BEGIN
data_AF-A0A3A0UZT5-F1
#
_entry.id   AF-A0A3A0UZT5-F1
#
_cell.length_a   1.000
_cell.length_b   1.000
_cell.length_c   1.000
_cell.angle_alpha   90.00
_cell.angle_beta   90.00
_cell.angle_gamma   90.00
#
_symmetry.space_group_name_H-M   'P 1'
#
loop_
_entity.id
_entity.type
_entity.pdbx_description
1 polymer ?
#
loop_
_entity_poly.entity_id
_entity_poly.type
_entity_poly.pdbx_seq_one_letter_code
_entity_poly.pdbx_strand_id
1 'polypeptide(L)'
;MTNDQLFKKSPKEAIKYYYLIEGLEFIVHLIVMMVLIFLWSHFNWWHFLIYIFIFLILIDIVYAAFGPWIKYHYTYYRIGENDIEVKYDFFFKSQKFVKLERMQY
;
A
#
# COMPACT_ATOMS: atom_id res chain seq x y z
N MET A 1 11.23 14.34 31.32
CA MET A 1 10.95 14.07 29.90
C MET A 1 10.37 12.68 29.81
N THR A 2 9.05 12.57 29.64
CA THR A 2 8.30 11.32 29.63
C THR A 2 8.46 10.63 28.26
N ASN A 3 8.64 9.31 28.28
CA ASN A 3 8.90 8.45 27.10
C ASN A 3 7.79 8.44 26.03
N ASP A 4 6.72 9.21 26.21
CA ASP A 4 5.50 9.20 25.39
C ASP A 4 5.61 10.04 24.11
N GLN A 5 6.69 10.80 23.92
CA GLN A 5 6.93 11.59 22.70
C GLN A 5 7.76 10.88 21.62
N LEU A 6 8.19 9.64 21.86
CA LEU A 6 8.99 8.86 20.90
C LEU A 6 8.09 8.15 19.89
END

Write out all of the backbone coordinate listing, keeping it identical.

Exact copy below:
data_AF-A0A3A0UZT5-F1
#
_entry.id   AF-A0A3A0UZT5-F1
#
_cell.length_a   1.000
_cell.length_b   1.000
_cell.length_c   1.000
_cell.angle_alpha   90.00
_cell.angle_beta   90.00
_cell.angle_gamma   90.00
#
_symmetry.space_group_name_H-M   'P 1'
#
loop_
_entity.id
_entity.type
_entity.pdbx_description
1 polymer ?
#
loop_
_entity_poly.entity_id
_entity_poly.type
_entity_poly.pdbx_seq_one_letter_code
_entity_poly.pdbx_strand_id
1 'polypeptide(L)'
;MTNDQLFKKSPKEAIKYYYLIEGLEFIVHLIVMMVLIFLWSHFNWWHFLIYIFIFLILIDIVYAAFGPWIKYHYTYYRIGENDIEVKYDFFFKSQKFVKLERMQY
;
A
#
# COMPACT_ATOMS: atom_id res chain seq x y z
N MET A 1 11.23 14.34 31.32
CA MET A 1 10.95 14.07 29.90
C MET A 1 10.37 12.68 29.81
N THR A 2 9.05 12.57 29.64
CA THR A 2 8.30 11.32 29.63
C THR A 2 8.46 10.63 28.26
N ASN A 3 8.64 9.31 28.28
CA ASN A 3 8.90 8.45 27.10
C ASN A 3 7.79 8.44 26.03
N ASP A 4 6.72 9.21 26.21
CA ASP A 4 5.50 9.20 25.39
C ASP A 4 5.61 10.04 24.11
N GLN A 5 6.69 10.80 23.92
CA GLN A 5 6.93 11.59 22.70
C GLN A 5 7.76 10.88 21.62
N LEU A 6 8.19 9.64 21.86
CA LEU A 6 8.99 8.86 20.90
C LEU A 6 8.09 8.15 19.89